In the early Seventies, Latin teaching was revolutionised by the introduction of The Cambridge Latin Course. No more first lessons spent learning the present tense of "amo" and the second or third translating into Latin such delights as "The boy loves the ship", "The girls love the ship" (but never "The boy loves the girl").
Instead the first pages of the Cambridge course introduced a Pompeian family, complete with dog. By the end of the book, the dog is refusing to leave the ruins of the house after the eruption of Vesuvius has destroyed both it and everyone in it, "dominum frustra custodiebat" ("he was guarding his master in vain") - not a dry eye in the class.
Each chapter also contained a short article on the Roman background relevant to the story. Thus the Latin was now placed firmly in its cultural context.
So popular has the course been that it now accounts for around 50 per cent of GCSE Latin entries. Not surprisingly it has never wavered in its aims "to teach the comprehension of the Latin language for reading purposes" and "to develop an understanding of the content, styles and values of Roman civilisation".
Oxford's response to the Cambridge course was the Oxford Latin Course. Though a far cry from the older style grammars, it was no copy of the Cambridge course. The pace was faster and translating English into Latin, that sinewy and taxing skill, much in evidence.
Recently both publishers have produced new editions: Oxford in three volumes in 1996, Cambridge a new first volume last year, with the others soon to follow. Cambridge has tried to meet the ever-pressing problem of time by removing or shortening some of its stories and tightening up on the comprehension questions. But the similarities to the old course largely end there. The books are bigger, make full use of colour, especially colour photos in the now rewritten and highly impressive background sections.
Like the Cambridge, Oxford's revised course is bigger than its predecessor and in colour. Although much of the background material has been rewritten, the most dramatic change is to be found in the language component which has moved much closer to the Cambridge philosophy and now gives primacy to "the acquisition of reading skill". So English into Latin is much reduced, and so too a grammar learning curve previously steep enough for a mountain bike.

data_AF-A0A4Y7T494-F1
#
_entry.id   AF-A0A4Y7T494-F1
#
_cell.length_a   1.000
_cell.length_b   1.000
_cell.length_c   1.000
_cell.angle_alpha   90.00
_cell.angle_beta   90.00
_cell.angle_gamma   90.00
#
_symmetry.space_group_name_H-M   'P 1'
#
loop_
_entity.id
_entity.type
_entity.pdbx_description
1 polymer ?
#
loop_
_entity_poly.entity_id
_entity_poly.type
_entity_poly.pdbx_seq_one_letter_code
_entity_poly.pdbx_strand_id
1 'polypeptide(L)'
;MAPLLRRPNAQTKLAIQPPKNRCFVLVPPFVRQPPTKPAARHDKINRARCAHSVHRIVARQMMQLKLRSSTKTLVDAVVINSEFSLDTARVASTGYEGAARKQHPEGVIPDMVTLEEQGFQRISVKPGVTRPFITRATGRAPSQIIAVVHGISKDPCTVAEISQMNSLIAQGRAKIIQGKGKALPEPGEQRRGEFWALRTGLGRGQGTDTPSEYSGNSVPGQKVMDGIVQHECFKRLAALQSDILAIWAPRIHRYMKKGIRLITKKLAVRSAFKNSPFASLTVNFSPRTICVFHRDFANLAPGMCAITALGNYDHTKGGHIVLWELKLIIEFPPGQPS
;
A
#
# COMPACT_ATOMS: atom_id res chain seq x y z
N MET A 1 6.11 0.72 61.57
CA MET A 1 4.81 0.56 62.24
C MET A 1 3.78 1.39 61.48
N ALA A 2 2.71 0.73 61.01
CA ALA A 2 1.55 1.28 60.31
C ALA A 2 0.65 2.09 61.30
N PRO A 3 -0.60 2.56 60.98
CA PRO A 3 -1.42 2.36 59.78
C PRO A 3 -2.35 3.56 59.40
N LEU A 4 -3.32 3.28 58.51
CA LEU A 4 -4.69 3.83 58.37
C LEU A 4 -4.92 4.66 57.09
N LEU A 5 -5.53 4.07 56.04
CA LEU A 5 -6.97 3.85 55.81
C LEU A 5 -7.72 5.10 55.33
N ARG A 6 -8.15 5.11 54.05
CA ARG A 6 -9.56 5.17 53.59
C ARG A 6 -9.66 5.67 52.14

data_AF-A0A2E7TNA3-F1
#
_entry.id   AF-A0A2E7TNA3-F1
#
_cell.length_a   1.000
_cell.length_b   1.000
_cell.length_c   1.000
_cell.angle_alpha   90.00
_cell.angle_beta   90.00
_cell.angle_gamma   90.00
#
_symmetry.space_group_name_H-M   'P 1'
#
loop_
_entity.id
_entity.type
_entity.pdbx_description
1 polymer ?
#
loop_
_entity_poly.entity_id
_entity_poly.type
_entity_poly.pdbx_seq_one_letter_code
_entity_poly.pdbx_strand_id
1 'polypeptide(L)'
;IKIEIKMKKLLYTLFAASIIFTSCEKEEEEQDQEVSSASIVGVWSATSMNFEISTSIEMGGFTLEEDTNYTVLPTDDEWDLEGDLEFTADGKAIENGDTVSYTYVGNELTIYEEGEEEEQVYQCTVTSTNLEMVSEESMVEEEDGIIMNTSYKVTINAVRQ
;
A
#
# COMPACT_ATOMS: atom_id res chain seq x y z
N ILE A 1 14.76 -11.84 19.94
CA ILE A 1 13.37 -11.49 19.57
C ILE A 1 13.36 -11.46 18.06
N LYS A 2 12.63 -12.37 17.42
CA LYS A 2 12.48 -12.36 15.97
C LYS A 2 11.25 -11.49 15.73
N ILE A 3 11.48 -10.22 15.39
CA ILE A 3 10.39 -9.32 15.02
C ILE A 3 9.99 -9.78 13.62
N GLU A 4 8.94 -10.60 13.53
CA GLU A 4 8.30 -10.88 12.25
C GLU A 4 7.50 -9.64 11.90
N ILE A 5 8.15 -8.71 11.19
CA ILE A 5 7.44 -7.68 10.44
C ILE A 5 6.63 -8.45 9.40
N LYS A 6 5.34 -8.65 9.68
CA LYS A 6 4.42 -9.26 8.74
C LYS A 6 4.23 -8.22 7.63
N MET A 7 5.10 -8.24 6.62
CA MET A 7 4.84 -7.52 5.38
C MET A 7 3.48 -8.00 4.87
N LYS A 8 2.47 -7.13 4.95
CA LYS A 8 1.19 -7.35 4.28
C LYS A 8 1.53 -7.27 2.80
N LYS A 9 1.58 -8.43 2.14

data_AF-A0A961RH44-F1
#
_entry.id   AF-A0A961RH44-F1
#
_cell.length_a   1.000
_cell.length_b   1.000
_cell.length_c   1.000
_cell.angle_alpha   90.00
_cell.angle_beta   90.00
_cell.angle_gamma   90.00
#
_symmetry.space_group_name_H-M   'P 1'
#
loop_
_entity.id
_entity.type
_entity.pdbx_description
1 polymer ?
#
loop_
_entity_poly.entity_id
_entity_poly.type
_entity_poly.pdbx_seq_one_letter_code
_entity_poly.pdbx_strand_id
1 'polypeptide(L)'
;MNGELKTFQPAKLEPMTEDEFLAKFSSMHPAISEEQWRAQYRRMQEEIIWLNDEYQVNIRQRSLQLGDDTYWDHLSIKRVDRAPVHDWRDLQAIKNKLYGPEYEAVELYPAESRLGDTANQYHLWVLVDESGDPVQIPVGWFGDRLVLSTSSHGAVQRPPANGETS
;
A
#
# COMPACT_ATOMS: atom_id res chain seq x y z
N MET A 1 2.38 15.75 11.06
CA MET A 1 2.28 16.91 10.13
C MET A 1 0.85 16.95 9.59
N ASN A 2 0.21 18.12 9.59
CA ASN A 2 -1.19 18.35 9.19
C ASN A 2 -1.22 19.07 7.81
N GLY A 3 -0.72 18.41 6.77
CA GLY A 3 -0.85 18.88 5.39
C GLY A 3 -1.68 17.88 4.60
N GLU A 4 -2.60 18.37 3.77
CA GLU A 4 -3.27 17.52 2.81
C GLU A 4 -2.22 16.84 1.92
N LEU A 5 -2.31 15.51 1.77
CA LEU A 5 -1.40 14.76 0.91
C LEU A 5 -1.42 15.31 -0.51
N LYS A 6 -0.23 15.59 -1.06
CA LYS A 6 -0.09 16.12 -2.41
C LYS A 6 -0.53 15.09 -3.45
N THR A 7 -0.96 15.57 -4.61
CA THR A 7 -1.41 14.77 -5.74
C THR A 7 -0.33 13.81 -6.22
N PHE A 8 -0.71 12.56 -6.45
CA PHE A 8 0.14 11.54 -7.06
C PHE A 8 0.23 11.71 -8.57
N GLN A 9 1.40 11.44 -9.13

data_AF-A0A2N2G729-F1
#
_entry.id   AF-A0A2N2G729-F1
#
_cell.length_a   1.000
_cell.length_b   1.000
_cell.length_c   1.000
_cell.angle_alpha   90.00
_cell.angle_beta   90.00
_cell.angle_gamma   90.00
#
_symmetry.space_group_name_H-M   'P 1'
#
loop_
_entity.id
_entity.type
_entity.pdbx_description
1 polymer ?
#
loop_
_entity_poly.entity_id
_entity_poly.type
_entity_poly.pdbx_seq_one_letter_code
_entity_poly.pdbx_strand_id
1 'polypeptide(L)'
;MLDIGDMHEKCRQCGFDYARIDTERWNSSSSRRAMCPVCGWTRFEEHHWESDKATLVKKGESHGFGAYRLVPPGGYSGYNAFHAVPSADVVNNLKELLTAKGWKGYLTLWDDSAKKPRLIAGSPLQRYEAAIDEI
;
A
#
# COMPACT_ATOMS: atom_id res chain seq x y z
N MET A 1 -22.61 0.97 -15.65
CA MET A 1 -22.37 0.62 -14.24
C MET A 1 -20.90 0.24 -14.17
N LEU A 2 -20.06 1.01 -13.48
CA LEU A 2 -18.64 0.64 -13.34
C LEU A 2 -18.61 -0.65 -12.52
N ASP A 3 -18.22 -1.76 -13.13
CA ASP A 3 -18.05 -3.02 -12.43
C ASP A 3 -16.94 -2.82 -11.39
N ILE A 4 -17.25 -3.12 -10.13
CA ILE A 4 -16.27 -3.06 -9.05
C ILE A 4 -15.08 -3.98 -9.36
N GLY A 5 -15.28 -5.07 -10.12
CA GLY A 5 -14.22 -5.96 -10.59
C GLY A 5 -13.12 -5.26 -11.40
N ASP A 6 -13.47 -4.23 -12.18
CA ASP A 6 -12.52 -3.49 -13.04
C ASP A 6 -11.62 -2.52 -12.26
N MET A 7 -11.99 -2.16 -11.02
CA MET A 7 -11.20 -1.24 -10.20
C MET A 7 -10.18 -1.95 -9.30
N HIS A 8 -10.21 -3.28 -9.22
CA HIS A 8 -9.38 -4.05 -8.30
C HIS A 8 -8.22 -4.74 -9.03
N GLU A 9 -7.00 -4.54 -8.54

One particular advantage of both revisions is their attractive appearance which makes them easily the equal to texts in other subjects. There are, of course, still differences of approach between the courses, but the Latin teacher will now have to dig deeper to find them. He or she may conclude that the Oxford course still places greater emphasis on Latin to sharpen the mind, the Cambridge to broaden it.
But now that the Cambridge approach has become the orthodoxy one can see the possible flaws. Why is there so much background material? How many teachers actually have time for it? Doesn't classical civilisation GCSE very adequately meet that need? And why must learning Latin now lead its pupils so singlemindedly to the Holy Grail of Latin literature? Are we ashamed of the rigours of Latin grammar? Isn't it still good for the mind? Can't we be open about it? And couldn't we teach it much better now we have such lively and imaginative minds at work on Latin courses for us? We would do well to remember Harold Macmillan's comment: "A classical education will do you no good at all, except that you will always be able to tell when someone is talking rot."
Richard Burrows is head of classics at Priory School, Lewes.